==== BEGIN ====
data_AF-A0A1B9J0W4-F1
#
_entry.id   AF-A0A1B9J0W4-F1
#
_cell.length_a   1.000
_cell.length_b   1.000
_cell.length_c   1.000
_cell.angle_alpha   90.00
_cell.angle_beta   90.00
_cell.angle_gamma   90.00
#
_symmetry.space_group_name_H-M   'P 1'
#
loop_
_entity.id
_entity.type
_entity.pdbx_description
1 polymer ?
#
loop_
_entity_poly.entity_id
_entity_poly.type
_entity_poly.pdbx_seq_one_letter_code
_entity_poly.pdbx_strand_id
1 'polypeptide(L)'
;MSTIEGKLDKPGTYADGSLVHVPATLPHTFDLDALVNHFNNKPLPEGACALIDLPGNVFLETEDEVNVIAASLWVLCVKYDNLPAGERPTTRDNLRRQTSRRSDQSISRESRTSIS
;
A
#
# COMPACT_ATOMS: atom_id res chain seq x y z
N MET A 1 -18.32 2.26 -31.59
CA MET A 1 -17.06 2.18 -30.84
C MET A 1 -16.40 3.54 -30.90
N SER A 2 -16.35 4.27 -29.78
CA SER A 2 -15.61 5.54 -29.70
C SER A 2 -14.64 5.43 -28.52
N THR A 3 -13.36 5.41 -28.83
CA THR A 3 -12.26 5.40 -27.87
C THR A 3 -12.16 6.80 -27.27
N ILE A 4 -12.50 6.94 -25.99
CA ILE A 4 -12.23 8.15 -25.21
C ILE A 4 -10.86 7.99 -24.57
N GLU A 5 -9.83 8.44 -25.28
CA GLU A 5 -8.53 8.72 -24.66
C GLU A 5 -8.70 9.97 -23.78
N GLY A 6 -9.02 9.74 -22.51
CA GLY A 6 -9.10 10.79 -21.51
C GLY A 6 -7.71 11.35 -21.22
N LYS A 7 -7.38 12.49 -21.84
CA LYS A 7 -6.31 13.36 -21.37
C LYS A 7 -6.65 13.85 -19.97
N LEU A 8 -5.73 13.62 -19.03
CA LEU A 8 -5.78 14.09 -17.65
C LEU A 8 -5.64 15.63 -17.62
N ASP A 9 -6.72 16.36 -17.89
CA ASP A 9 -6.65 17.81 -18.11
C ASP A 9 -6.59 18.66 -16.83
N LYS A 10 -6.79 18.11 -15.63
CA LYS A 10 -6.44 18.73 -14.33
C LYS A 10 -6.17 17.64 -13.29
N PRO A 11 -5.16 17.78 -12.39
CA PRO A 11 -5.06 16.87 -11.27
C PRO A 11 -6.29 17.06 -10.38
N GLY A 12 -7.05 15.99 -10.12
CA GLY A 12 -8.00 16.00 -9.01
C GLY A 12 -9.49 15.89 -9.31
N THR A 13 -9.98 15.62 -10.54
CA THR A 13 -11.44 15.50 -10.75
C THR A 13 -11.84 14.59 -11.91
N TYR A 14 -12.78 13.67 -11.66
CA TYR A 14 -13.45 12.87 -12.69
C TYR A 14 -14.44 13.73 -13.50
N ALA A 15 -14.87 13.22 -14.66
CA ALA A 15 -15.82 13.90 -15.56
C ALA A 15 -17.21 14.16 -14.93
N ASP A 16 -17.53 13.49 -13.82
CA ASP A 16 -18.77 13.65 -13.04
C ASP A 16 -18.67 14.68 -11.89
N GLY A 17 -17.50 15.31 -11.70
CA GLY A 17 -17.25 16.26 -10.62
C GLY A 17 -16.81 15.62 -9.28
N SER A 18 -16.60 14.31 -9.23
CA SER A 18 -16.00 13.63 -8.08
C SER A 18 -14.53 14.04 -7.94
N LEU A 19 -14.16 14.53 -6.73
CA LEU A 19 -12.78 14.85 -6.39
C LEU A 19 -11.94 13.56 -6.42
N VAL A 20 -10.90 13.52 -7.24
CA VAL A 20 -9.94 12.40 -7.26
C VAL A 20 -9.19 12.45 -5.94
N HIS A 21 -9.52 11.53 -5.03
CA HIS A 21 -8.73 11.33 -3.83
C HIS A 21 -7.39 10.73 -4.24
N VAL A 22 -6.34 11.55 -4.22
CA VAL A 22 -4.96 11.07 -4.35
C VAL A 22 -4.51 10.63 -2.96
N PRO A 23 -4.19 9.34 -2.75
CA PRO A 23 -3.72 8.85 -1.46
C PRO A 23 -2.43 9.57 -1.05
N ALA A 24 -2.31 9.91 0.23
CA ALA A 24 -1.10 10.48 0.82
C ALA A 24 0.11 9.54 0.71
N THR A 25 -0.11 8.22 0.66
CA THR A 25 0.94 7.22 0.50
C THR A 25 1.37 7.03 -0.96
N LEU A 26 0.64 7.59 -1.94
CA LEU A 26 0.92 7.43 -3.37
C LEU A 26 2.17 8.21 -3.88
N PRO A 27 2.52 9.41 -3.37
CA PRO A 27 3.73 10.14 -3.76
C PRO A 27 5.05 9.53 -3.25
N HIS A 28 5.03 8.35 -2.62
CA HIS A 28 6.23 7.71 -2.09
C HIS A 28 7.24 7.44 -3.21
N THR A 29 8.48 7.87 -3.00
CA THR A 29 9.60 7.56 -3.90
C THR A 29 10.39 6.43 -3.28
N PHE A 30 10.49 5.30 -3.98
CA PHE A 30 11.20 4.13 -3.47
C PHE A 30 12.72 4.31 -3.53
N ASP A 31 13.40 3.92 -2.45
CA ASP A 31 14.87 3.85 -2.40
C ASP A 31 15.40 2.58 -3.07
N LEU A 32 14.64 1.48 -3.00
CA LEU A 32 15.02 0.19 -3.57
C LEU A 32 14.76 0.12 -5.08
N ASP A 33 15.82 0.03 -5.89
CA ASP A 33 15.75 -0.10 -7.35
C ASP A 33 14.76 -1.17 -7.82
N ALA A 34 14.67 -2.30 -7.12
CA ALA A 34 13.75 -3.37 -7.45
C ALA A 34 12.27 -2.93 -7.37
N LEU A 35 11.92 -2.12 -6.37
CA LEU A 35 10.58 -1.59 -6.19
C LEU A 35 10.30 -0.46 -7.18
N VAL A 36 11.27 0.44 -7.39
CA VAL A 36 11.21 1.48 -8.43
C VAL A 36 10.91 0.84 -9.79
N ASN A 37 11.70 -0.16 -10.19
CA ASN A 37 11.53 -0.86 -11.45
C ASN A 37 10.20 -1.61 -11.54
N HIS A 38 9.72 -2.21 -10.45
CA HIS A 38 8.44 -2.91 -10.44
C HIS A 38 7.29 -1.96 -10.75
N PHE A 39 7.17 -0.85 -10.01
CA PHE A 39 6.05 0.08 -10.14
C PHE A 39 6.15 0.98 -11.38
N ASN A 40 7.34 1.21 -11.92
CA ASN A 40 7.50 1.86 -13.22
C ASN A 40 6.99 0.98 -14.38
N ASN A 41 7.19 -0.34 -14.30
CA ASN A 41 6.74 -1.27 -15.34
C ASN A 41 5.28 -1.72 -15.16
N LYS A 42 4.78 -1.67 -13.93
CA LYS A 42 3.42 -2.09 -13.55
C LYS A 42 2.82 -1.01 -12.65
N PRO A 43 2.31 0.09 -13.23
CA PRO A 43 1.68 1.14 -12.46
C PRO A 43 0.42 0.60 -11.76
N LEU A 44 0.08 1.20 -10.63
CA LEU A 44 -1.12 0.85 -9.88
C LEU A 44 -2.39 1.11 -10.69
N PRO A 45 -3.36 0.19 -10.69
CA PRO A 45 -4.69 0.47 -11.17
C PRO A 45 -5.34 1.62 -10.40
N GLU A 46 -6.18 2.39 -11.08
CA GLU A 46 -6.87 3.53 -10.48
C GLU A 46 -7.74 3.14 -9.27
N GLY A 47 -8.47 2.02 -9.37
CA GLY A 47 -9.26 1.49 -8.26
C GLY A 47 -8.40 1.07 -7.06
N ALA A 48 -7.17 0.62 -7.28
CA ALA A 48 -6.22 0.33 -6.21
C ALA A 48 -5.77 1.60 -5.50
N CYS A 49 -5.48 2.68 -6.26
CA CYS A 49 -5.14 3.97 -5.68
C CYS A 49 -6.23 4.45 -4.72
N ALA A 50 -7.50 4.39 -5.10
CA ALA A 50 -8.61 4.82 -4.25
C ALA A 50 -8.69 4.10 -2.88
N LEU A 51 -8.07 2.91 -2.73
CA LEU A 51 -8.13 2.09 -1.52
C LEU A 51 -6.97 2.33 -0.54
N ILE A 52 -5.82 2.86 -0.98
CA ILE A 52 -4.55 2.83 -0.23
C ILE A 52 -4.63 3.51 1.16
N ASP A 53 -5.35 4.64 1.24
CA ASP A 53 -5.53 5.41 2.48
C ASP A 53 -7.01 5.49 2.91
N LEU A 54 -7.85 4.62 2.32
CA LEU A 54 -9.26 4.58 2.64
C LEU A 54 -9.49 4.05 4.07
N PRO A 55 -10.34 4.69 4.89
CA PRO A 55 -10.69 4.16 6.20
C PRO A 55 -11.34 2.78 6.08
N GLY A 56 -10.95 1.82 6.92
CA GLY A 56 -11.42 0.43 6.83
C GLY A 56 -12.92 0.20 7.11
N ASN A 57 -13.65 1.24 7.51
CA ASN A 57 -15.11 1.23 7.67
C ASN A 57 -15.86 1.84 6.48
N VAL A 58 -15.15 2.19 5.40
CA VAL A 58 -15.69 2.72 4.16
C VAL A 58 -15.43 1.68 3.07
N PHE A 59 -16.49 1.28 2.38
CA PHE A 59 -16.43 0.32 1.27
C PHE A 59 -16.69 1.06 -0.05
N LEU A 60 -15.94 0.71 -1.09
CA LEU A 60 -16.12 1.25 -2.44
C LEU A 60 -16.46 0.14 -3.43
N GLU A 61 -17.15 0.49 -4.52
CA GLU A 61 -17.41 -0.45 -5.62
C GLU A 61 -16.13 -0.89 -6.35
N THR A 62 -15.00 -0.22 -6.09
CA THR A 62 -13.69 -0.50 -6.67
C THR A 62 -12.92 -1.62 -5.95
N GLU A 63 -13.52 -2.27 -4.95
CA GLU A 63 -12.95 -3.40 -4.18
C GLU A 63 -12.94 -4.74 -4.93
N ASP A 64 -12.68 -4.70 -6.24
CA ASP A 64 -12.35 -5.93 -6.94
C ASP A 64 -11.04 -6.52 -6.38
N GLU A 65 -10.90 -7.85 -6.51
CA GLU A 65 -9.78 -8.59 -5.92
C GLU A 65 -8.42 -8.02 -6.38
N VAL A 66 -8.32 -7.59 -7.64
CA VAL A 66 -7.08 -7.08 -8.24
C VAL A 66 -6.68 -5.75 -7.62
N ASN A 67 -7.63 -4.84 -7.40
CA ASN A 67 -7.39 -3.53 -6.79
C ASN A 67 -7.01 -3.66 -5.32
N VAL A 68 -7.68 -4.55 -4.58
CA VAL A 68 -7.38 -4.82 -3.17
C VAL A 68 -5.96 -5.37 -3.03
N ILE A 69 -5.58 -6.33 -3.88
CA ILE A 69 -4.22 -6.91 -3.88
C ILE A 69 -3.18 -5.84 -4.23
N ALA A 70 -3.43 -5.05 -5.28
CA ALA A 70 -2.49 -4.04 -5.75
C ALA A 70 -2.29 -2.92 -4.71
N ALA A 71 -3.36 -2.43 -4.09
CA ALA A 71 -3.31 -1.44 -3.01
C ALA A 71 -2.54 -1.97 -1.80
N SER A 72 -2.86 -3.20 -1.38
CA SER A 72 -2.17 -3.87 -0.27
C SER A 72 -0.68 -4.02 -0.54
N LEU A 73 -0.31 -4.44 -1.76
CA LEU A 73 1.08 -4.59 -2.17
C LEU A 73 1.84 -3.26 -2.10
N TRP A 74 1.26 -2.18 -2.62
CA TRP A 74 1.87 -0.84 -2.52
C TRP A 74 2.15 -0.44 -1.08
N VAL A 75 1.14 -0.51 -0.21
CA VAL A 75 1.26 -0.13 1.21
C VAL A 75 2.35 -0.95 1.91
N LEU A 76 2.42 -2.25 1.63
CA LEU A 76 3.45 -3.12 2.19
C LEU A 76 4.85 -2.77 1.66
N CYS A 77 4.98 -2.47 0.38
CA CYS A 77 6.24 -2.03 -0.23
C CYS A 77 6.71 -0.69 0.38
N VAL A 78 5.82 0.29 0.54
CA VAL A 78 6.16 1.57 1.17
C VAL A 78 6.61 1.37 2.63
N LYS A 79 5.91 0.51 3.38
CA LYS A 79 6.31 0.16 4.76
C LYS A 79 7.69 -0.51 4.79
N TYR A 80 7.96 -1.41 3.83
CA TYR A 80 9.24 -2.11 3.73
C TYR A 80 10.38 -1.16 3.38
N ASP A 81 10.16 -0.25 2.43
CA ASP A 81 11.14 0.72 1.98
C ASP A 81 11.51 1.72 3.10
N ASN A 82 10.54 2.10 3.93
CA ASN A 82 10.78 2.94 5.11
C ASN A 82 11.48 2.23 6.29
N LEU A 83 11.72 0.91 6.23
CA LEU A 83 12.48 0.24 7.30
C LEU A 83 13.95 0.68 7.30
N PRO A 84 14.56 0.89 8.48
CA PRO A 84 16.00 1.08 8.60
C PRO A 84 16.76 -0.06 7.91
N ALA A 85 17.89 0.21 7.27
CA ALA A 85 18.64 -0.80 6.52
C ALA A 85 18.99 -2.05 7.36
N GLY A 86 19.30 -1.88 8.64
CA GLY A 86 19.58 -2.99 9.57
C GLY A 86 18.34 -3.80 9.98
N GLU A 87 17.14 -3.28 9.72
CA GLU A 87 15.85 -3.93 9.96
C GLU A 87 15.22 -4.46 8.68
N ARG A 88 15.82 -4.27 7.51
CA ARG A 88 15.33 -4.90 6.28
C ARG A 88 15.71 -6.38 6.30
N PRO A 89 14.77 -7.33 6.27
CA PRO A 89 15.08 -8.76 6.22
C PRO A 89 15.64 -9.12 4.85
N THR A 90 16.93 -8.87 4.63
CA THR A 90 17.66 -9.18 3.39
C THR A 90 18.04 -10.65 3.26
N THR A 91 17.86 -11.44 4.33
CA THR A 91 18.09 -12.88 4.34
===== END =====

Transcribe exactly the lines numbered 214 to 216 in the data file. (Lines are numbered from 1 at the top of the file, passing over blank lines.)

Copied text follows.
N THR A 62 -15.00 -0.22 -6.09
CA THR A 62 -13.69 -0.50 -6.67
C THR A 62 -12.92 -1.62 -5.95